Interview With Janne Parviainen & Hannu Huhtamo: Light Painting Artists From Helsinki.

janne and hannu top banner
Hannu ‘Light Tribe Junkyard’ & Janne ‘Cruisin’ Time’

Although Direct Trade Supplies is an electrical wholesaler we like to try and deliver a different kind of stance on our blog page – by loosely connecting interesting and unique stories to the products we sell. You’d be fooled in thinking that the above pictures have been created on some sort of graphic design software, but they haven’t. This is in fact just one of many examples of how Janne Parviainen & Hannu Huhtamo, famous light painting artists from Helsinki, Finland, use LED lights and long exposure camera techniques to create multicoloured masterpieces.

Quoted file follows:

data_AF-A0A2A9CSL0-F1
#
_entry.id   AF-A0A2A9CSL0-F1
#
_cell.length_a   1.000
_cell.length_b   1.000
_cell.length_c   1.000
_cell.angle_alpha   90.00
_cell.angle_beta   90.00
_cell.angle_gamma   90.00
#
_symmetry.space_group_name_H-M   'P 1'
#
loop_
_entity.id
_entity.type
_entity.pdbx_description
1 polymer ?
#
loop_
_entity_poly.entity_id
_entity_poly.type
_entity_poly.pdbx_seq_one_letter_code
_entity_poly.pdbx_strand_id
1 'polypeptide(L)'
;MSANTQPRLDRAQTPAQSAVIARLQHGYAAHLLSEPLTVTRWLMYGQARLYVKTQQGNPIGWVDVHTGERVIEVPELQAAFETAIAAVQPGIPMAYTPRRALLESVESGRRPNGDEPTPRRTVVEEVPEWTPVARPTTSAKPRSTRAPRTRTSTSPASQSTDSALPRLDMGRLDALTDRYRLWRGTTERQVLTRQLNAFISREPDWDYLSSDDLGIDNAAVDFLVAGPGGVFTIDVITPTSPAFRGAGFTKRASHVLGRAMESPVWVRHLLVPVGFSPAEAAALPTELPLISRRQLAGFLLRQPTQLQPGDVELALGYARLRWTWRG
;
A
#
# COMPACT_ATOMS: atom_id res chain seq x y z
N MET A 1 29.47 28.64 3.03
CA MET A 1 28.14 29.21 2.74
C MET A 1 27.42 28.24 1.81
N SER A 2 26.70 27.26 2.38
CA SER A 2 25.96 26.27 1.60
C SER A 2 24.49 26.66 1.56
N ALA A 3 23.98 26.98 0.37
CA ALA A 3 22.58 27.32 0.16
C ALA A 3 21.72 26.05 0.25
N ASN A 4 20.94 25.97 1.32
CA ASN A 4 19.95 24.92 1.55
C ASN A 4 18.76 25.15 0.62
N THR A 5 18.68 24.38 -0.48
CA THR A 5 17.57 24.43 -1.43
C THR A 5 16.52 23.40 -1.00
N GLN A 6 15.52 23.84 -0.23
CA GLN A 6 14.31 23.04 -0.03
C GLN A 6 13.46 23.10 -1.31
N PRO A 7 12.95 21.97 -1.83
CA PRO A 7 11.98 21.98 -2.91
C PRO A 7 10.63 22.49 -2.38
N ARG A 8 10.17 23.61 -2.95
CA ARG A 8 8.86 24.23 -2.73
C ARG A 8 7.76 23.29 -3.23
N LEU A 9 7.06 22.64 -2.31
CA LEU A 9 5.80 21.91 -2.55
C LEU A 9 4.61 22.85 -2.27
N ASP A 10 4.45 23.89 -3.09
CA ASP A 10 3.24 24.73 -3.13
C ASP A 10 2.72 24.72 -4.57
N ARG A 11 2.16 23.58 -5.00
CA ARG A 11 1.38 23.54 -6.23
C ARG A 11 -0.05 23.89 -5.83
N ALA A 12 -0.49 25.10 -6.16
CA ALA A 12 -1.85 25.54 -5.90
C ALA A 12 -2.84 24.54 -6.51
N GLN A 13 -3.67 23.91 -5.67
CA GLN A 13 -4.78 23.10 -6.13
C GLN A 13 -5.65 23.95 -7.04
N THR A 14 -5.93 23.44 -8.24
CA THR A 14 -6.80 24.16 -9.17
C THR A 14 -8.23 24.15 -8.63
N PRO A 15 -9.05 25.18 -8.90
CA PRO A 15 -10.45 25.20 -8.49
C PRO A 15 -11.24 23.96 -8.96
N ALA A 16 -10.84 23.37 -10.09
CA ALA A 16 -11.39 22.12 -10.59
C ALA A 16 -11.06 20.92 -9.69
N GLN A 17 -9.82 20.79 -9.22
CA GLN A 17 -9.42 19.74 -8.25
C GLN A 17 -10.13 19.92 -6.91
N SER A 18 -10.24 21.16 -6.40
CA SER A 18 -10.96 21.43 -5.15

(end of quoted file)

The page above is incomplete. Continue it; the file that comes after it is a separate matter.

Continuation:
In recent years a lot has been said about the energy saving qualities of LED lighting. However artist’s like Janne & Hannu from the Finnish Light Art Collective Valopaja aren’t necessarily interested in how LEDs can save you money, it’s more about what LEDs can provide on a more artistic level. By implementing long exposure times on a camera, which can vary from a few short seconds to a couple of hours or more, they proceed to draw in the air and on the ground. Whilst the camera’s shutter is open they construct the outlines of their remarkable designs.